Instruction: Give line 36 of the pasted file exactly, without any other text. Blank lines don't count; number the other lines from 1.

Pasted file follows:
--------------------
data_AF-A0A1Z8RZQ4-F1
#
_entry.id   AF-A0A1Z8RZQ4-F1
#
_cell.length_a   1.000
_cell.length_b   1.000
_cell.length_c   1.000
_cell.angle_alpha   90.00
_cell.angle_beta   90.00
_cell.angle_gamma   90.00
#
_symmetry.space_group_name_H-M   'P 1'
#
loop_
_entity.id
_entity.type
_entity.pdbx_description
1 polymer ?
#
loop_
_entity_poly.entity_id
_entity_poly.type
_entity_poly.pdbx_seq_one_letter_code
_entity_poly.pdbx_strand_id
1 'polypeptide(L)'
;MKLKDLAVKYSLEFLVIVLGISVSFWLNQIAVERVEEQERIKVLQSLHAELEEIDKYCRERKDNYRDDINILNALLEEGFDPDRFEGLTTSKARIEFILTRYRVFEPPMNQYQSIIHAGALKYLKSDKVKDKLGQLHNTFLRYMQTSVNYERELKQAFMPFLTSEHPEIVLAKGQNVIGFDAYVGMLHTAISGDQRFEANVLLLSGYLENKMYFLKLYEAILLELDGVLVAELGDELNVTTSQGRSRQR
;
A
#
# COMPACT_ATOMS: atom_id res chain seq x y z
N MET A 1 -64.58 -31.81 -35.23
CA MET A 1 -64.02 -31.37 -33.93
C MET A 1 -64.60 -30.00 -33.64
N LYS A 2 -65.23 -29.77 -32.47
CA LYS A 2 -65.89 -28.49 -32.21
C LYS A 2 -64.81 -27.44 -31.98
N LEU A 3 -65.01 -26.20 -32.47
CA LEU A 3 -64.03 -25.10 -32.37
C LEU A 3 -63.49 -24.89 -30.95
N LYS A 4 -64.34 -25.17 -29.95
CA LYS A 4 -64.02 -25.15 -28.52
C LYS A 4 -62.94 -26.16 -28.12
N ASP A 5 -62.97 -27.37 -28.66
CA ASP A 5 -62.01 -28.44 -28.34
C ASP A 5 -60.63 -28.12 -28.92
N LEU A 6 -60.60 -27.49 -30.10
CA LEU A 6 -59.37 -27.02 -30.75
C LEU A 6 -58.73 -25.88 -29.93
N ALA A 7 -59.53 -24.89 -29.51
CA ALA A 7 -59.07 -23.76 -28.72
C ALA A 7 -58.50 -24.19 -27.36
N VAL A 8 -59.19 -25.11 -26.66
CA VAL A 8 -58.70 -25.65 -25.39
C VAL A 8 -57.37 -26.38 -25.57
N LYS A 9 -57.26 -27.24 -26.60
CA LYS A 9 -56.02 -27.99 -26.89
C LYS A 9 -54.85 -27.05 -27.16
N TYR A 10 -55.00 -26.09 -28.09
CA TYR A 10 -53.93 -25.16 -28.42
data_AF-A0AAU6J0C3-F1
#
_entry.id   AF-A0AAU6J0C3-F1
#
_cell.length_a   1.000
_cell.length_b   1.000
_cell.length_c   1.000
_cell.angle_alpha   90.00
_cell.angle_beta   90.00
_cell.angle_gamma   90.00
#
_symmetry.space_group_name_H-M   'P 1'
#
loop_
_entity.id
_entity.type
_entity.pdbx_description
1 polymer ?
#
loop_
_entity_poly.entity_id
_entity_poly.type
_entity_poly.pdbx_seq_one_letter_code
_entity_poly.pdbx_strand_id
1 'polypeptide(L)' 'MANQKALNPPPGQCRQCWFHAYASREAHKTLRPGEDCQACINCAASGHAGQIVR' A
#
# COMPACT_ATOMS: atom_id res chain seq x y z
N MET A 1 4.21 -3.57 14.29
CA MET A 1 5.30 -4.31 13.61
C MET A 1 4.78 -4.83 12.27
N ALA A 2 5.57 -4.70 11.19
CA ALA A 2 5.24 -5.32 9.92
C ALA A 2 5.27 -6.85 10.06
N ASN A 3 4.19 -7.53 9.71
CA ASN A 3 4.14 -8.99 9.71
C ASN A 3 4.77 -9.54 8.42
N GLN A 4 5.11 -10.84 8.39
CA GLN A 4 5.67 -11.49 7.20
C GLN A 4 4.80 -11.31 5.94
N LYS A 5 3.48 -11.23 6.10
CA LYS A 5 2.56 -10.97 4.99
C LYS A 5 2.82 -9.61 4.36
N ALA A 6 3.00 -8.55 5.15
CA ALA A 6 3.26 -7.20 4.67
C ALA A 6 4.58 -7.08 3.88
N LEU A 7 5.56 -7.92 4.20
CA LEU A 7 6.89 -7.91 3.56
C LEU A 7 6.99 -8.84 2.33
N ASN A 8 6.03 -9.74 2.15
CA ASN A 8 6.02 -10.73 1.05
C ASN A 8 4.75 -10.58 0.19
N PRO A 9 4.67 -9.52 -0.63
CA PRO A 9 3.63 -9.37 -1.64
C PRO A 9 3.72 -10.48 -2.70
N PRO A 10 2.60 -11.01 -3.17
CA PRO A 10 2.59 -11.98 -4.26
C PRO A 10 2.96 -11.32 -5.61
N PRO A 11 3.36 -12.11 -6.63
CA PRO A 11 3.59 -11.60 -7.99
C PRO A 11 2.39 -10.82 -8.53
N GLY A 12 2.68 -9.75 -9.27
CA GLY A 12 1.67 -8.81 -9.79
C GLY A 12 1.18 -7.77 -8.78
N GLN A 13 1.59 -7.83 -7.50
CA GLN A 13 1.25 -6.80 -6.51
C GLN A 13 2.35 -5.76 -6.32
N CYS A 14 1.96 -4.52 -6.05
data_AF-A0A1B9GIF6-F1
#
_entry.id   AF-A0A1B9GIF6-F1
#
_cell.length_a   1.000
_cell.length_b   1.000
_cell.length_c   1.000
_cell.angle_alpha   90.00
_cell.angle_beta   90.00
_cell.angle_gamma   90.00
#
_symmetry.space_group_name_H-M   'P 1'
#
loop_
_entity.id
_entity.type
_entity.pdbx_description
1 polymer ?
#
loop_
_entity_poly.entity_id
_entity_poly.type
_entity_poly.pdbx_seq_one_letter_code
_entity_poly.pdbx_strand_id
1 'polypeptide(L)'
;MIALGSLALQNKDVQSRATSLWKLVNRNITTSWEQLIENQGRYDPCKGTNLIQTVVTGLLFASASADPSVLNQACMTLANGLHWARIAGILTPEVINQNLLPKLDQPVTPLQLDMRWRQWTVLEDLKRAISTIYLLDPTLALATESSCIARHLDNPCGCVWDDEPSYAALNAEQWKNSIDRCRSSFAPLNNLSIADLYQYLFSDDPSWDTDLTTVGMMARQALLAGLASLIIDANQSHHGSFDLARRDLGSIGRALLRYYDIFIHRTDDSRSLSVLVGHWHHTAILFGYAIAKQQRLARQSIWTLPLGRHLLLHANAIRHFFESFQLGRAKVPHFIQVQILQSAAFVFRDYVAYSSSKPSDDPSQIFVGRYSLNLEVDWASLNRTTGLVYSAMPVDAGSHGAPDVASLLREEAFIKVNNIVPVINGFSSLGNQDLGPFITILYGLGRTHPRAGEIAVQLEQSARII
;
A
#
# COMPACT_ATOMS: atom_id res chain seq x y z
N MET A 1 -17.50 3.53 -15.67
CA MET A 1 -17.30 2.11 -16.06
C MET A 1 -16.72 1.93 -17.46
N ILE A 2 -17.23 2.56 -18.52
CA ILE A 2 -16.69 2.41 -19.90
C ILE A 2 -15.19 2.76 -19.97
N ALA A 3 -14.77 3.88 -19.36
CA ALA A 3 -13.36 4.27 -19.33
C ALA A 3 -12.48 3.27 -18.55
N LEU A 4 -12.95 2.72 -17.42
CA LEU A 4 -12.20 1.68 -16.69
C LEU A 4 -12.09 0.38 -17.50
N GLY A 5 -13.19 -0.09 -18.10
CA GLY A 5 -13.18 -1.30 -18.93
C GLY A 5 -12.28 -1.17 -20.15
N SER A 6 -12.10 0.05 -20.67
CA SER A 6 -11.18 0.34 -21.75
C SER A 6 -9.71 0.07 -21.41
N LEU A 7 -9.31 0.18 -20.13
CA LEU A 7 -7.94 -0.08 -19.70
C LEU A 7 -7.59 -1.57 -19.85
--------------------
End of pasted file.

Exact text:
C LYS A 2 -64.81 -27.44 -31.98